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Product Details

  • ISBN-13: 9781458758590
  • Publisher: ReadHowYouWant, LLC
  • Publication date: 8/16/2010
  • Pages: 340
  • Product dimensions: 7.00 (w) x 10.00 (h) x 0.71 (d)

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  • Posted April 14, 2011

    I Also Recommend:

    Scathing account of the Irish bust

    Fintan O'Toole, historian, biographer, critic and journalist with the Irish Times, has written a brilliant account of the Irish boom and bust.

    The boom only lasted from 1995 to 2001, then productivity and export growth both fell. Yet as late as February 2008, Scotland's first minister Alex Salmond promised, "we will create a Celtic Lion economy to rival the Celtic Tiger across the Irish Sea."

    Ireland's household and company debt was the highest in the EU, 1.1 trillion euros, while (some) Irish owned 1.3 trillion euros worth of foreign portfolio asset securities. Between 2004 and 2007, the richest 450 people added 41 billion euros to their combined wealth, often from the huge windfall profits of selling land for building.

    Ireland was more dependent on foreign investment for its manufacturing base than any other country. Most foreign investment went into the finance sector. By 2005, Dublin's International Financial Services Centre accounted for 75 per cent of all the foreign investment in Ireland.

    The idiotic notion was that "Consumption would replace production. Building would replace manufacture as the engine of growth." Between 2000 and 2008 capital stock rose 157 per cent - but this was mostly housing bubble: private sector productive capital stock rose by only 26 per cent.

    The Irish people kept on voting for and electing those who blew up the bubble - who also turned out to be tax-cheating liars, convicted fraudsters and receivers of bribes. The people re-elected Bertie Ahern prime minister even though he had admitted being on the take.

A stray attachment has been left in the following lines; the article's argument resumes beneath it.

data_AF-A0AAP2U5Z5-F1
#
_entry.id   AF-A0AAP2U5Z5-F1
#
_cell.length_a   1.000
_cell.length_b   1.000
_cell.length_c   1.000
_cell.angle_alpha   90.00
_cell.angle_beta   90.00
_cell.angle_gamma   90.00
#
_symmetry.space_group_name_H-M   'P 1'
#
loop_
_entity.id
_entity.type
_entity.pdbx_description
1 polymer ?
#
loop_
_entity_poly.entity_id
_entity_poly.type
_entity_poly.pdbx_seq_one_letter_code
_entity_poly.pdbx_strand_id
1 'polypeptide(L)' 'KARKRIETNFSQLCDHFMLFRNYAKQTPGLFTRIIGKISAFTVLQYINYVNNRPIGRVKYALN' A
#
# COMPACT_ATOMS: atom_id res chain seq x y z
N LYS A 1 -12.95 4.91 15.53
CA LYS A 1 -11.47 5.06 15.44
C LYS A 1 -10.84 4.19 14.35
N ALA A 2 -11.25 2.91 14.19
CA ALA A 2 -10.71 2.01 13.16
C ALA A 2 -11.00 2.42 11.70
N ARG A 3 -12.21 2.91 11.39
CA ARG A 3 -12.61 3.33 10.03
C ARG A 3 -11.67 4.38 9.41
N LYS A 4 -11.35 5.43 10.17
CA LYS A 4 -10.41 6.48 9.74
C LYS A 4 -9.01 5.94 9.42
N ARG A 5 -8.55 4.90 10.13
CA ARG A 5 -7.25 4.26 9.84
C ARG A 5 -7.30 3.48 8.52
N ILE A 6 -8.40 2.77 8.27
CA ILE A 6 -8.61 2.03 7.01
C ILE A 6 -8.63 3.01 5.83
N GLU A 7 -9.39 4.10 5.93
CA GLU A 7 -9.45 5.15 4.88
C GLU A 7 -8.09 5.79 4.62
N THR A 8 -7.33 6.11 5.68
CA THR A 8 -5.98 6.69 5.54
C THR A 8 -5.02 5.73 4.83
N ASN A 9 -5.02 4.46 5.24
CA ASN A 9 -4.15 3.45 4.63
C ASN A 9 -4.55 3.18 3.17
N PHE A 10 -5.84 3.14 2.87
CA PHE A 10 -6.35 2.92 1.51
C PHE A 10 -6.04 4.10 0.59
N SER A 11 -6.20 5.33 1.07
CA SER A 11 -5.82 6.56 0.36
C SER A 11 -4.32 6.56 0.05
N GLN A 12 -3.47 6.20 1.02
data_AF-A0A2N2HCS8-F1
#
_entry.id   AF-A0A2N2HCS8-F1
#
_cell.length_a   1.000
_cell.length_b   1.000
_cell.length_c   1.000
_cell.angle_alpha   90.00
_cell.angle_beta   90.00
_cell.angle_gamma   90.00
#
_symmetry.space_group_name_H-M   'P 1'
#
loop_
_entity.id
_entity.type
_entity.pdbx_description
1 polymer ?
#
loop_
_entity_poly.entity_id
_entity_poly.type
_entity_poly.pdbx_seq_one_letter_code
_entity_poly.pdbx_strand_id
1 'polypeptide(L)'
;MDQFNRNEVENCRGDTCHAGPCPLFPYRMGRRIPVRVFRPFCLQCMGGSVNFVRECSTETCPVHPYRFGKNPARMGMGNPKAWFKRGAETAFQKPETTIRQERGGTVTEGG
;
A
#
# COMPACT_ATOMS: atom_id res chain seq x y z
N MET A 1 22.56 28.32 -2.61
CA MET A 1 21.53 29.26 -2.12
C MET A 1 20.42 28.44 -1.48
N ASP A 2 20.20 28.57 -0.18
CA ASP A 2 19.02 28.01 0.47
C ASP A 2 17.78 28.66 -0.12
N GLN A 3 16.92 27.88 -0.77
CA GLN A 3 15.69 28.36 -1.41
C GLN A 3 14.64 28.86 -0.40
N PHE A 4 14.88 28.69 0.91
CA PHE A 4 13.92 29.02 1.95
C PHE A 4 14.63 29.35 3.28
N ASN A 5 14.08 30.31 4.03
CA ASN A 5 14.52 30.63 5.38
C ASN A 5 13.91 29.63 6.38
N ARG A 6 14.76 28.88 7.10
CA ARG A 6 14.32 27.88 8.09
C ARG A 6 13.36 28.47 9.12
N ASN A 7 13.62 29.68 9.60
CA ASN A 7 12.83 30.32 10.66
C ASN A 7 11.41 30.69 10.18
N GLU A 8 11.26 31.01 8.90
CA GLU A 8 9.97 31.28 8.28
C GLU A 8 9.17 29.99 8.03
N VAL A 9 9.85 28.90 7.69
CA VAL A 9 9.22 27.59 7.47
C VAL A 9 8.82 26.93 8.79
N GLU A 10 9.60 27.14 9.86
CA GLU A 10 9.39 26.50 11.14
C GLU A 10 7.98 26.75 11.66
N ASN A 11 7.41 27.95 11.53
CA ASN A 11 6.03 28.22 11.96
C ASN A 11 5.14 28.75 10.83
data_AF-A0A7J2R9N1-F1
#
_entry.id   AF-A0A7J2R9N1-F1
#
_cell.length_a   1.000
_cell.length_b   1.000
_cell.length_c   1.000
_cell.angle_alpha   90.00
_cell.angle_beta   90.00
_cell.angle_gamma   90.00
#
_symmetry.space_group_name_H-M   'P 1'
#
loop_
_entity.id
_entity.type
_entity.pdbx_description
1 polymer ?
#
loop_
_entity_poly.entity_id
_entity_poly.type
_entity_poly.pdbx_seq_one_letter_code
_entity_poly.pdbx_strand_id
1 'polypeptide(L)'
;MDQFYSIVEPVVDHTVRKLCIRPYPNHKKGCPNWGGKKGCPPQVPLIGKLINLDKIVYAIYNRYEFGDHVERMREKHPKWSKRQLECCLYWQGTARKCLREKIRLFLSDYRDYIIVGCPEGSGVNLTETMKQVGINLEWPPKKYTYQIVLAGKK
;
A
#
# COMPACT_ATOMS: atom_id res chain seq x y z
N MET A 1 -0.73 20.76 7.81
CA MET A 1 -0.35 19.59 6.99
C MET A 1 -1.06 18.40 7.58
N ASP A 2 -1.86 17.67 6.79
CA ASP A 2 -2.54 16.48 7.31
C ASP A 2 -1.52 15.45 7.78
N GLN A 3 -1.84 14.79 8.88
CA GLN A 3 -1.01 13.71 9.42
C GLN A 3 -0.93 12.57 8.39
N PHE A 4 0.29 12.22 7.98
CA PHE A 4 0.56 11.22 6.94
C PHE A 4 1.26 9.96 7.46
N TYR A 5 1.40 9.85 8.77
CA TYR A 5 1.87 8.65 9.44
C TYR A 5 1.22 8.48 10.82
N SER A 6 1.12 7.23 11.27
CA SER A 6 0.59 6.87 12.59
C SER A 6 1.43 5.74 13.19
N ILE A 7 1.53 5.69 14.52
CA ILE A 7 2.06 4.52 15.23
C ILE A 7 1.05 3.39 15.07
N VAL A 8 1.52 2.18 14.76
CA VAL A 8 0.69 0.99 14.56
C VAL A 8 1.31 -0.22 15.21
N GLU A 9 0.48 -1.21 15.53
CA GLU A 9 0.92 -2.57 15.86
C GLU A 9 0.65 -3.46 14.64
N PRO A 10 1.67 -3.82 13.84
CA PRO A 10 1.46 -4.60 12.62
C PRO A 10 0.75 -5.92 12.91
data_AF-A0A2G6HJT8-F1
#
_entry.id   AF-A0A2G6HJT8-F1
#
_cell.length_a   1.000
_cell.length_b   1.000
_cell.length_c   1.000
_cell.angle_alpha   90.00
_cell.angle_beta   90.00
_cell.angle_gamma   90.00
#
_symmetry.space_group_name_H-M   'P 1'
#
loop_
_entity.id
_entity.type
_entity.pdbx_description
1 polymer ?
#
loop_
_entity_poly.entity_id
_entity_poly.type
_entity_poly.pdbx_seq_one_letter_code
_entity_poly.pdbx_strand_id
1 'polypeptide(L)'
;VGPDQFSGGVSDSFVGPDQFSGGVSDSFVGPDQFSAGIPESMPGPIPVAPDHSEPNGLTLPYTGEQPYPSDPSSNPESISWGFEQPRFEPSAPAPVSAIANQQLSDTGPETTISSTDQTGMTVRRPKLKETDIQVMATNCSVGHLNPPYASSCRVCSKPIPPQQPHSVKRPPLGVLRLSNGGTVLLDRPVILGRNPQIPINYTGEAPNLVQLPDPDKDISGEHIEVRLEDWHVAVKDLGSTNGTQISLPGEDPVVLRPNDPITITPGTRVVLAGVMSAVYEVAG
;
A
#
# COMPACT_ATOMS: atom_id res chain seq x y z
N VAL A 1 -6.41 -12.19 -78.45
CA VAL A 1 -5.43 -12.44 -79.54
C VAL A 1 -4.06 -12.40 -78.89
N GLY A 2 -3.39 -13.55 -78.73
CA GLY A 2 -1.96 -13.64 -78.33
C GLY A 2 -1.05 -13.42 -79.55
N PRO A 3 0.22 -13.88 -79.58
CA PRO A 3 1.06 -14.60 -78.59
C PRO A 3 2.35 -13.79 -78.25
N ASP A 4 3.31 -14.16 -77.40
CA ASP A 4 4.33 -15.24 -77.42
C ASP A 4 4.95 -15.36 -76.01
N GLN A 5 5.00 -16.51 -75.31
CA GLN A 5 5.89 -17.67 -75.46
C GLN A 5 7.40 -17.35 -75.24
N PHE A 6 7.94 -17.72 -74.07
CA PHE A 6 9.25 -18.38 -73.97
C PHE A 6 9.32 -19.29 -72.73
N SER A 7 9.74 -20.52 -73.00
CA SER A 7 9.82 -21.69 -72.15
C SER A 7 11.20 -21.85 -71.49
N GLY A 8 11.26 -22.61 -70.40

The Irish Central Bank and the Department of Finance knew about the widespread crimes of tax evasion and fraud committed by politicians and bankers and did nothing to stop it. They ignored the huge criminal conspiracy involving Ireland's top politician Charlie Haughey with his 45 million euro fortune.

    After the crash, the government put 54 billion euros into Ireland's banks, without imposing on them any obligation to lend. The state took on 77 billion in loans, including 40 billion of Anglo Irish's loans, only 11 per cent of which was business banking; the other 89 per cent was bubble-based - in property and building. The government saved Ponzi banks and wrote off useful banks, like Postbank with its 170,000 customers.

    Ireland needs investment in people - in industry, health, education, childcare and affordable housing. But the government is slashing wages, welfare spending and investment, worsening the crisis. And it is blaming public sector workers 'to distract attention from the main source of our economic woes', as the government's chief economic adviser Alan Ahearne admitted.

    Was this review helpful? Yes  No   Report this review